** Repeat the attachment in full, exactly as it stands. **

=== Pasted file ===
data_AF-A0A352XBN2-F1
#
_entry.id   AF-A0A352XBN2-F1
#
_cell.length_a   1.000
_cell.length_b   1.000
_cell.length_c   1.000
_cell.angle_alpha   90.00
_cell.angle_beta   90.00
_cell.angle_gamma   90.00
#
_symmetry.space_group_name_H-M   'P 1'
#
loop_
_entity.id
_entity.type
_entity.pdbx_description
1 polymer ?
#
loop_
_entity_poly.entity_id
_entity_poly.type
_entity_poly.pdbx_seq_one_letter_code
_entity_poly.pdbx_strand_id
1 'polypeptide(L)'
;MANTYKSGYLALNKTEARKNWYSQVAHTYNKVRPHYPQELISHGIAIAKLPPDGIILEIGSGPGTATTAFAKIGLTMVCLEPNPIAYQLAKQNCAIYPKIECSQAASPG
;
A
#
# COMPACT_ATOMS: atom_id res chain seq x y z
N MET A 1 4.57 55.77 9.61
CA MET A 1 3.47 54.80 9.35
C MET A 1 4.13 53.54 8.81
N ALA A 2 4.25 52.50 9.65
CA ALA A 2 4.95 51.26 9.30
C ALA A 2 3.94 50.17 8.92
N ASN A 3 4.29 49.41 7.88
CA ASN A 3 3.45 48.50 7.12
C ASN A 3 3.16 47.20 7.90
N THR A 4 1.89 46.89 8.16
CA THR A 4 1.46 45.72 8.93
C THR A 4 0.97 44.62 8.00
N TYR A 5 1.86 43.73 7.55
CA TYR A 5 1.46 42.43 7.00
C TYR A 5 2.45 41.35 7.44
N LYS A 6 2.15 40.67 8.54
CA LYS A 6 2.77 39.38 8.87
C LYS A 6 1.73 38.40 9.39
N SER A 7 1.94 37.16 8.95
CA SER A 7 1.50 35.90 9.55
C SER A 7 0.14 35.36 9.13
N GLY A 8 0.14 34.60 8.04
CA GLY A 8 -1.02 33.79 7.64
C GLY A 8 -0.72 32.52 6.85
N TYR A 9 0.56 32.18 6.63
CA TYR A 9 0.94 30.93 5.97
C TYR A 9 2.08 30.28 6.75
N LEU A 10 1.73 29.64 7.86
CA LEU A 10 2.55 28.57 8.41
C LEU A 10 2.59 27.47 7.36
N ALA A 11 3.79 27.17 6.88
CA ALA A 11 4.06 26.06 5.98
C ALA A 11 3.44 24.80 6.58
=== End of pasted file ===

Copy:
data_AF-A0A352XBN2-F1
#
_entry.id   AF-A0A352XBN2-F1
#
_cell.length_a   1.000
_cell.length_b   1.000
_cell.length_c   1.000
_cell.angle_alpha   90.00
_cell.angle_beta   90.00
_cell.angle_gamma   90.00
#
_symmetry.space_group_name_H-M   'P 1'
#
loop_
_entity.id
_entity.type
_entity.pdbx_description
1 polymer ?
#
loop_
_entity_poly.entity_id
_entity_poly.type
_entity_poly.pdbx_seq_one_letter_code
_entity_poly.pdbx_strand_id
1 'polypeptide(L)'
;MANTYKSGYLALNKTEARKNWYSQVAHTYNKVRPHYPQELISHGIAIAKLPPDGIILEIGSGPGTATTAFAKIGLTMVCLEPNPIAYQLAKQNCAIYPKIECSQAASPG
;
A
#
# COMPACT_ATOMS: atom_id res chain seq x y z
N MET A 1 4.57 55.77 9.61
CA MET A 1 3.47 54.80 9.35
C MET A 1 4.13 53.54 8.81
N ALA A 2 4.25 52.50 9.65
CA ALA A 2 4.95 51.26 9.30
C ALA A 2 3.94 50.17 8.92
N ASN A 3 4.29 49.41 7.88
CA ASN A 3 3.45 48.50 7.12
C ASN A 3 3.16 47.20 7.90
N THR A 4 1.89 46.89 8.16
CA THR A 4 1.46 45.72 8.93
C THR A 4 0.97 44.62 8.00
N TYR A 5 1.86 43.73 7.55
CA TYR A 5 1.46 42.43 7.00
C TYR A 5 2.45 41.35 7.44
N LYS A 6 2.15 40.67 8.54
CA LYS A 6 2.77 39.38 8.87
C LYS A 6 1.73 38.40 9.39
N SER A 7 1.94 37.16 8.95
CA SER A 7 1.50 35.90 9.55
C SER A 7 0.14 35.36 9.13
N GLY A 8 0.14 34.60 8.04
CA GLY A 8 -1.02 33.79 7.64
C GLY A 8 -0.72 32.52 6.85
N TYR A 9 0.56 32.18 6.63
CA TYR A 9 0.94 30.93 5.97
C TYR A 9 2.08 30.28 6.75
N LEU A 10 1.73 29.64 7.86
CA LEU A 10 2.55 28.57 8.41
C LEU A 10 2.59 27.47 7.36
N ALA A 11 3.79 27.17 6.88
CA ALA A 11 4.06 26.06 5.98
C ALA A 11 3.44 24.80 6.58